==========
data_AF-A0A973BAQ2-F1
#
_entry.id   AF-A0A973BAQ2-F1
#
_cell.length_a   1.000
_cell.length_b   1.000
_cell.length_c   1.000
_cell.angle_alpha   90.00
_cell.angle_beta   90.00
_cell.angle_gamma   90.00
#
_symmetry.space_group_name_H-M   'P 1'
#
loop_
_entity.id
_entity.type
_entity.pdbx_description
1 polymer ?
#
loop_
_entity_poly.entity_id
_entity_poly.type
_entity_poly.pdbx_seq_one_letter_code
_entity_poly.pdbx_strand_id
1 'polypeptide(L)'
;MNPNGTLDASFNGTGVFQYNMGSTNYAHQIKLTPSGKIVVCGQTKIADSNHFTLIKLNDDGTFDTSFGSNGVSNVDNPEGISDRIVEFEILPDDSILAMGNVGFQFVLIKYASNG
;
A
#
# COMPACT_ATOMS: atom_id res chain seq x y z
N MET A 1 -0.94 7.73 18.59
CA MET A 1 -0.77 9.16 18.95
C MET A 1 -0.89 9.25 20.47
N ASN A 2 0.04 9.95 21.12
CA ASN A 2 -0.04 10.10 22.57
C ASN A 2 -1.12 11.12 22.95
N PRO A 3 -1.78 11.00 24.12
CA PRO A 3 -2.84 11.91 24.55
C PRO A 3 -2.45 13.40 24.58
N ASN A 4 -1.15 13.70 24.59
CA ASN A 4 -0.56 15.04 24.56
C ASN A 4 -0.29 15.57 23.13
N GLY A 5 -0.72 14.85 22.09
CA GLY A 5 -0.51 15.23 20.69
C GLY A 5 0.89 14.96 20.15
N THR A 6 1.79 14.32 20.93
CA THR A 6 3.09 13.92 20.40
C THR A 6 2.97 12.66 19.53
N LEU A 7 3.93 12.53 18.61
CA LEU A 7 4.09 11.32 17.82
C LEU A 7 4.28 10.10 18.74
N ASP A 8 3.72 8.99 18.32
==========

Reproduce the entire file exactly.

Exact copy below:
data_AF-A0A973BAQ2-F1
#
_entry.id   AF-A0A973BAQ2-F1
#
_cell.length_a   1.000
_cell.length_b   1.000
_cell.length_c   1.000
_cell.angle_alpha   90.00
_cell.angle_beta   90.00
_cell.angle_gamma   90.00
#
_symmetry.space_group_name_H-M   'P 1'
#
loop_
_entity.id
_entity.type
_entity.pdbx_description
1 polymer ?
#
loop_
_entity_poly.entity_id
_entity_poly.type
_entity_poly.pdbx_seq_one_letter_code
_entity_poly.pdbx_strand_id
1 'polypeptide(L)'
;MNPNGTLDASFNGTGVFQYNMGSTNYAHQIKLTPSGKIVVCGQTKIADSNHFTLIKLNDDGTFDTSFGSNGVSNVDNPEGISDRIVEFEILPDDSILAMGNVGFQFVLIKYASNG
;
A
#
# COMPACT_ATOMS: atom_id res chain seq x y z
N MET A 1 -0.94 7.73 18.59
CA MET A 1 -0.77 9.16 18.95
C MET A 1 -0.89 9.25 20.47
N ASN A 2 0.04 9.95 21.12
CA ASN A 2 -0.04 10.10 22.57
C ASN A 2 -1.12 11.12 22.95
N PRO A 3 -1.78 11.00 24.12
CA PRO A 3 -2.84 11.91 24.55
C PRO A 3 -2.45 13.40 24.58
N ASN A 4 -1.15 13.70 24.59
CA ASN A 4 -0.56 15.04 24.56
C ASN A 4 -0.29 15.57 23.13
N GLY A 5 -0.72 14.85 22.09
CA GLY A 5 -0.51 15.23 20.69
C GLY A 5 0.89 14.96 20.15
N THR A 6 1.79 14.32 20.93
CA THR A 6 3.09 13.92 20.40
C THR A 6 2.97 12.66 19.53
N LEU A 7 3.93 12.53 18.61
CA LEU A 7 4.09 11.32 17.82
C LEU A 7 4.28 10.10 18.74
N ASP A 8 3.72 8.99 18.32